Quoted by Tim Folger in 'Newsflash: Time May Not Exist', Discover Magazine (Jun 2007).
Science quotes on:  |  Dust (20)  |  Albert Einstein (174)  |  Space-Time (8)  |  Strange (17)  |  Thinking (166)

Enormous numbers of people are taken in, or at least beguiled and fascinated, by what seems to me to be unbelievable hocum, and relatively few are concerned with or thrilled by the astounding—yet true—facts of science, as put forth in the pages of, say, Scientific American.
Metamagical Themas (1985), 93.
Science quotes on:  |  Truth (450)

Evolution is the law of policies: Darwin said it, Socrates endorsed it, Cuvier proved it and established it for all time in his paper on 'The Survival of the Fittest.' These are illustrious names, this is a mighty doctrine: nothing can ever remove it from its firm base, nothing dissolve it, but evolution.
'Three Thousand Years Among the Microbes', Which Was the Dream? (1967), Chap. 8. In Mark Twain and Brian Collins (ed.), When in Doubt, Tell the Truth: and Other Quotations from Mark Twain (1996), 47.
Science quotes on:  |  Base (10)  |  Baron Georges Cuvier (25)  |  Charles Darwin (216)  |  Dissolve (5)  |  Doctrine (33)  |  Establish (10)  |  Evolution (342)  |  Firm (4)  |  Law (273)  |  Mighty (4)  |  Name (58)  |  Policy (10)  |  Proof (136)  |  Remove (6)  |  Socrates (9)  |  Survival Of The Fittest (29)

For many doctors the achievement of a published article is a tedious duty to be surmounted as a necessary hurdle in a medical career.
British Medical Journal (1958), 2, 502
Science quotes on:  |  Physician (172)

For these two years I have been gravitating towards your doctrines, and since the publication of your primula paper with accelerated velocity. By about this time next year I expect to have shot past you, and to find you pitching into me for being more Darwinian than yourself. However, you have set me going, and must just take the consequences, for I warn you I will stop at no point so long as clear reasoning will take me further.
Thomas Henry Huxley, Leonard Huxley, Life and Letters of Thomas Henry Huxley (1901), 211.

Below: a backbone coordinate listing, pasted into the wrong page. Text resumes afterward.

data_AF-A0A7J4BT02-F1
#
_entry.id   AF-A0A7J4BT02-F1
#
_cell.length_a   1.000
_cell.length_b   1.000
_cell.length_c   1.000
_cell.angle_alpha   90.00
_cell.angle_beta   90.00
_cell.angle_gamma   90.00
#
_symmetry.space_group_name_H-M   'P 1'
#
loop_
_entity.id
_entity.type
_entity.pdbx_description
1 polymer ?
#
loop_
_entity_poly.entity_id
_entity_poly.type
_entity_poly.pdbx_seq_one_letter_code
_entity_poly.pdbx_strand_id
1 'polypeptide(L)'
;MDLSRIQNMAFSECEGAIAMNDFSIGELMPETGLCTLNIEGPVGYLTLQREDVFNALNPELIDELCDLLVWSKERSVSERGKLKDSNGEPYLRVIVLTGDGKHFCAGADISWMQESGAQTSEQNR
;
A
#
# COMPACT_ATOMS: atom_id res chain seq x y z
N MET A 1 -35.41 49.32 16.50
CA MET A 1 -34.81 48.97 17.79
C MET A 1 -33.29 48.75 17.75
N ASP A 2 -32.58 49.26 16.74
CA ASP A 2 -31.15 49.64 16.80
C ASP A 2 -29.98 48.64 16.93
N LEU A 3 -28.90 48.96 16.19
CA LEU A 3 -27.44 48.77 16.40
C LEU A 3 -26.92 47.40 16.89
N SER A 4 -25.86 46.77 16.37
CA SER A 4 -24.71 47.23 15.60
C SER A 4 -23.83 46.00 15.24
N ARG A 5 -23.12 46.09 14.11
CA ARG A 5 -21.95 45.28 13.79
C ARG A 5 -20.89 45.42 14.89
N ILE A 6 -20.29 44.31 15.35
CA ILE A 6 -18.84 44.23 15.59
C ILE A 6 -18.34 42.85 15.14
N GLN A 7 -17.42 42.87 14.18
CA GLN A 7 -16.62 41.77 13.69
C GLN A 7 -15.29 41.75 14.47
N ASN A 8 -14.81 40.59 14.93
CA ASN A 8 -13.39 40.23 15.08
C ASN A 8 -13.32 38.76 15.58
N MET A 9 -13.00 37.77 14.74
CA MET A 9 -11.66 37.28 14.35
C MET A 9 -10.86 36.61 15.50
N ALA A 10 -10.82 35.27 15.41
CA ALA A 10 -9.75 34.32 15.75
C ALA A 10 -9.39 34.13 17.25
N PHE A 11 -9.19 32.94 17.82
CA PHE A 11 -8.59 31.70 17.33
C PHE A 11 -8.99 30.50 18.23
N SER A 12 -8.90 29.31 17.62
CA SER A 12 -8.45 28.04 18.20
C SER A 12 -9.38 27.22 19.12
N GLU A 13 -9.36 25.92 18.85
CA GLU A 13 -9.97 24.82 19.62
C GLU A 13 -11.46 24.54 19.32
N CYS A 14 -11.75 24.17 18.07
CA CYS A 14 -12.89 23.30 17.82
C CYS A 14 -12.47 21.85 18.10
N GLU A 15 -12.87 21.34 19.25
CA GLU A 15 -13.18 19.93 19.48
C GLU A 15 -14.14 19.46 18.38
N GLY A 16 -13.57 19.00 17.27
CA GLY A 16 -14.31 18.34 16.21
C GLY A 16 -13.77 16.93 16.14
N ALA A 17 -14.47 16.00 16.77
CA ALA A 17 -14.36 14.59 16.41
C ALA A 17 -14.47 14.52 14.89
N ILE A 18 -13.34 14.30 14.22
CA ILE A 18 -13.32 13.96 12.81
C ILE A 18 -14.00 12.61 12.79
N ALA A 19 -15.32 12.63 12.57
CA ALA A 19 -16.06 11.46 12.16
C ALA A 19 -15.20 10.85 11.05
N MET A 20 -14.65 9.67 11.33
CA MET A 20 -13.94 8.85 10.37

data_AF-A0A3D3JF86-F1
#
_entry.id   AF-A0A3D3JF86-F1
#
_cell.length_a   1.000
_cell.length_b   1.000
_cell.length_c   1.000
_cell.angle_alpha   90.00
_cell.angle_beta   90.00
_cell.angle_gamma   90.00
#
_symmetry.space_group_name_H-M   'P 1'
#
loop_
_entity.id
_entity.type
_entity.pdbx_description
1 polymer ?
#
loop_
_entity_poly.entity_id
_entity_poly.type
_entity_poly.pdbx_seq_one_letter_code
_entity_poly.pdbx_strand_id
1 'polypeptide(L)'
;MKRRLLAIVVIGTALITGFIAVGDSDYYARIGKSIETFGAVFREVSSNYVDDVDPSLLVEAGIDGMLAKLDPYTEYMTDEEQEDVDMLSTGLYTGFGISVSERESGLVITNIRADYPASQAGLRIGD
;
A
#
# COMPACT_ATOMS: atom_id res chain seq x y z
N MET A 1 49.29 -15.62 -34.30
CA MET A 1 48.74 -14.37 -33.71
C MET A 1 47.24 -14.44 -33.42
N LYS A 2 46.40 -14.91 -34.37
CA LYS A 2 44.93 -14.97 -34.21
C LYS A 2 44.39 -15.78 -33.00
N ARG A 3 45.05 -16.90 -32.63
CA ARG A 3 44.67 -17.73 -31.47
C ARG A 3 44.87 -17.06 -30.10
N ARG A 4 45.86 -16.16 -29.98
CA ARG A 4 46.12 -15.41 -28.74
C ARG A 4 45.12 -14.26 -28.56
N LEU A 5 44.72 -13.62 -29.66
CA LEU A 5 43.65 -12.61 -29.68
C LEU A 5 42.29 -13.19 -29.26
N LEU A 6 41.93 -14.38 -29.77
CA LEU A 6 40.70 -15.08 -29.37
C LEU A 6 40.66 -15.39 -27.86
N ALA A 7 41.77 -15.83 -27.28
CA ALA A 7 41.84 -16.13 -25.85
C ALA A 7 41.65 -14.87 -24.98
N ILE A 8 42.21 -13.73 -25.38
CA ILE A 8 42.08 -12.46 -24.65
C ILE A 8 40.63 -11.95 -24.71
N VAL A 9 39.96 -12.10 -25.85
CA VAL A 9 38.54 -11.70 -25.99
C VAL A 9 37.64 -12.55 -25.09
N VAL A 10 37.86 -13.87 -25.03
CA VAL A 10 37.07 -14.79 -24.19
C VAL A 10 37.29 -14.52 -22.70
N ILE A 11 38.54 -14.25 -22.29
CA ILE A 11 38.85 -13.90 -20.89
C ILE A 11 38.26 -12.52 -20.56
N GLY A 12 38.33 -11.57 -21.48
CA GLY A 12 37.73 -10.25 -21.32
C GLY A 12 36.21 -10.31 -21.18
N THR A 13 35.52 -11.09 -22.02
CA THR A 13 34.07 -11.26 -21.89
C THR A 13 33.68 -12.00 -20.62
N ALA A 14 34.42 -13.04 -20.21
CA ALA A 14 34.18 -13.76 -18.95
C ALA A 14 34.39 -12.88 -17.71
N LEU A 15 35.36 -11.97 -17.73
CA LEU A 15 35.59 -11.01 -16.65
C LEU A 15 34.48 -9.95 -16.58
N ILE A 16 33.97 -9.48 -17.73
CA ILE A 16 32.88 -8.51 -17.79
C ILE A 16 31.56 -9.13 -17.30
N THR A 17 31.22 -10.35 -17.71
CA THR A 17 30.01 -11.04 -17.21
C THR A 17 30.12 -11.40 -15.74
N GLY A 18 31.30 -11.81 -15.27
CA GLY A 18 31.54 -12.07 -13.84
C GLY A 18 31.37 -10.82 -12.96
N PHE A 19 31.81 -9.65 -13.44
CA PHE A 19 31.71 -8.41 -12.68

Science quotes on:  |  Consequence (44)  |  Charles Darwin (216)  |  Doctrine (33)  |  Reasoning (56)  |  Stop (25)

Foreshadowings of the principles and even of the language of [the infinitesimal] calculus can be found in the writings of Napier, Kepler, Cavalieri, Pascal, Fermat, Wallis, and Barrow. It was Newton's good luck to come at a time when everything was ripe for the discovery, and his ability enabled him to construct almost at once a complete calculus.
History of Mathematics (3rd Ed., 1901), 366.
Science quotes on:  |  Ability (37)  |  Anecdote (15)  |  Isaac Barrow (6)  |  Calculus (14)  |  Construct (6)  |  Discovery (360)  |  Enable (10)  |  Pierre de Fermat (8)  |  Foreshadow (2)  |  Johannes Kepler (43)  |  Language (71)  |  John Napier (2)  |  Sir Isaac Newton (176)  |  Blaise Pascal (22)  |  Principle (97)  |  John Wallis (2)

He [said of one or other eminent colleagues] is a very busy man, and half of what he publishes is true, but I don't know which half.
'Triviality in Science: A Brief Meditation on Fashions', Perspectives in Biology and Medicine, 1976, 19, 324.
Science quotes on:  |  Truth (450)

I accepted the Copernican position several years ago and discovered from thence the causes of many natural effects which are doubtless inexplicable by the current theories. I have written up many reasons and refutations on the subject, but I have not dared until now to bring them into the open, being warned by the fortunes of Copernicus himself, our master, who procured for himself immortal fame among a few but stepped down among the great crowd (for this is how foolish people are to be numbered), only to be derided and dishonoured. I would dare publish my thoughts if there were many like you; but since there are not, I shall forbear.
Letter to Johannes Kepler, 4 Aug 1597. Quoted in G. de Santillana, Crime of Galileo (1955), 11.
Science quotes on:  |  Nicolaus Copernicus (30)  |  Heliocentric Model (7)